The hierarchical relationship between global languages is reflected in the global system for translations. The more "central" a language, the greater is its capability to function as a bridge or vehicular language to facilitate communication between peripheral and semi-central languages.[5]

Heilbron's version of the global system of language in translations has four levels:

Level 1: Hypercentral position — English currently holds the largest market share of the global market for translations; 55-60% of all book translations are from English. It strongly dominates the hierarchical nature of book translation system.

Level 2: Central position — German and French each hold 10% of the global translation market.

Level 3: Semi-central position — There are 7 or 8 languages "neither very central on a global level nor very peripheral",[5] making up 1 to 3% of the world market (like Spanish, Italian and Russian).

Level 4: Peripheral position — Languages from which" less than 1% of the book translations worldwide are made", including Chinese, Japanese and Arabic. Despite having large populations of speakers, "their role in the translation economy is peripheral as compared to more central languages".[5]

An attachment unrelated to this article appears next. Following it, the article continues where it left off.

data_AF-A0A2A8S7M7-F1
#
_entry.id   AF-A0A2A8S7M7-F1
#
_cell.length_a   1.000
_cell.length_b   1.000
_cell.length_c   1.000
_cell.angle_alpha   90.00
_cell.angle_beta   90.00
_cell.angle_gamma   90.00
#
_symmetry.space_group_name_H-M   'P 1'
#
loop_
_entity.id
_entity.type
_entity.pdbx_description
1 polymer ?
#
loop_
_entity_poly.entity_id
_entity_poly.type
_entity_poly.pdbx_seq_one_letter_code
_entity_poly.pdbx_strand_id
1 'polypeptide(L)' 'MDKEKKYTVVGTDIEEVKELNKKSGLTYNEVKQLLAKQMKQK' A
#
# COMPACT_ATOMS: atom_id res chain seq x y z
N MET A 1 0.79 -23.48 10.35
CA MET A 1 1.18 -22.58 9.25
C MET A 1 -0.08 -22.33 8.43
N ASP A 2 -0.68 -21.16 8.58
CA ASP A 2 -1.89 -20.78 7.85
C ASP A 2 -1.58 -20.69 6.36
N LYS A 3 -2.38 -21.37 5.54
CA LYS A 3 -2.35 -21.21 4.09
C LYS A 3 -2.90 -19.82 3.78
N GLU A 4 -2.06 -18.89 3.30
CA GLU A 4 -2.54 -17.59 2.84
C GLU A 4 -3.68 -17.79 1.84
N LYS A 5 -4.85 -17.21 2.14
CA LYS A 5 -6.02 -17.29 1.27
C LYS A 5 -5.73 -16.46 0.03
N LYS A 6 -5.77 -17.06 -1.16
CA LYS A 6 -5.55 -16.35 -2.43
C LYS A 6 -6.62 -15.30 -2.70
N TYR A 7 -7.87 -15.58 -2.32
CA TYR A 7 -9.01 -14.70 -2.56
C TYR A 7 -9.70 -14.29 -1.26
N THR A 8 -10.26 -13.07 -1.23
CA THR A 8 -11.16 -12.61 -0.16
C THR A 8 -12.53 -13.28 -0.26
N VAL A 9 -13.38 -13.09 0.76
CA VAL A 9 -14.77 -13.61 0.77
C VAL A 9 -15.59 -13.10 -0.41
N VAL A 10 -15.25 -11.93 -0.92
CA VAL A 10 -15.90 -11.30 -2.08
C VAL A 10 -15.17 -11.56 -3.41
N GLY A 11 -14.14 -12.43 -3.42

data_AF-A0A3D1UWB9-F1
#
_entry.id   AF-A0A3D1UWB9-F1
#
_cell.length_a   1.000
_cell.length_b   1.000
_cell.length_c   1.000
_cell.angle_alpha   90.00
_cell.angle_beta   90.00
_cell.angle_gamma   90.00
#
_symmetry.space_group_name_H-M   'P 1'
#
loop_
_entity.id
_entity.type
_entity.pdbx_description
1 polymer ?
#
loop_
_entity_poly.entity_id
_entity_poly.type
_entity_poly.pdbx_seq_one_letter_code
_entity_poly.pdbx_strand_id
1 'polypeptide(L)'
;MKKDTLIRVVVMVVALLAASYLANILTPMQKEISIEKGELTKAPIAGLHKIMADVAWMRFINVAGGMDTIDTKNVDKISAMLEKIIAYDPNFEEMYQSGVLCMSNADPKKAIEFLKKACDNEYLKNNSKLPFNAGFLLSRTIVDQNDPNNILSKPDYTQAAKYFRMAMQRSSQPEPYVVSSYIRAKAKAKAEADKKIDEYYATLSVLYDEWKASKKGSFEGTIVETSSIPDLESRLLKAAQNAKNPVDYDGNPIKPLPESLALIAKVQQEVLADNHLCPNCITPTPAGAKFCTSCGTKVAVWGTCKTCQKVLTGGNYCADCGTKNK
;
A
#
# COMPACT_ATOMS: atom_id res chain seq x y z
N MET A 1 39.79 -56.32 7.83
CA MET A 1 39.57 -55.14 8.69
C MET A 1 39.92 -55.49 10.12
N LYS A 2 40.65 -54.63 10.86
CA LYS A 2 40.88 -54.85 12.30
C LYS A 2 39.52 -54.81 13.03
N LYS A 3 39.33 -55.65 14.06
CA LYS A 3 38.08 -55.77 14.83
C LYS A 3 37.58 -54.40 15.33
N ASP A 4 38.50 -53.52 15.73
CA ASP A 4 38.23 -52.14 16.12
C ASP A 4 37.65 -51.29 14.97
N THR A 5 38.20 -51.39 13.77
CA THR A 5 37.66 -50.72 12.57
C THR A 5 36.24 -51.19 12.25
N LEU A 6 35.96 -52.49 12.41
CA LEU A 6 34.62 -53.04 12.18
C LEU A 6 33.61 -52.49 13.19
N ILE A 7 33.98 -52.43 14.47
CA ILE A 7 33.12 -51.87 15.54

According to the Google Scholar website, de Swaan's book, Words of the world: The global language system, has been cited by 546 other papers, as of 16 October 2014.[6]

However, there have also been several concerns regarding the global language system:

Importance of Q-value[edit]

Van Parijs (2004)[2] claimed that 'frequency' or likelihood of contact is adequate as an indicator of language learning and language spread. However, de Swaan (2007) argued that it alone is not sufficient. Rather, the Q-value, which comprises both frequency (better known as prevalence) and 'centrality', helps to explain the spread of (super)central languages, especially former colonial languages in newly independent countries where in which only the elite minority spoke the language initially. Frequency alone would not be able to explain the spread of such languages, but Q-value, which includes centrality, would be able to.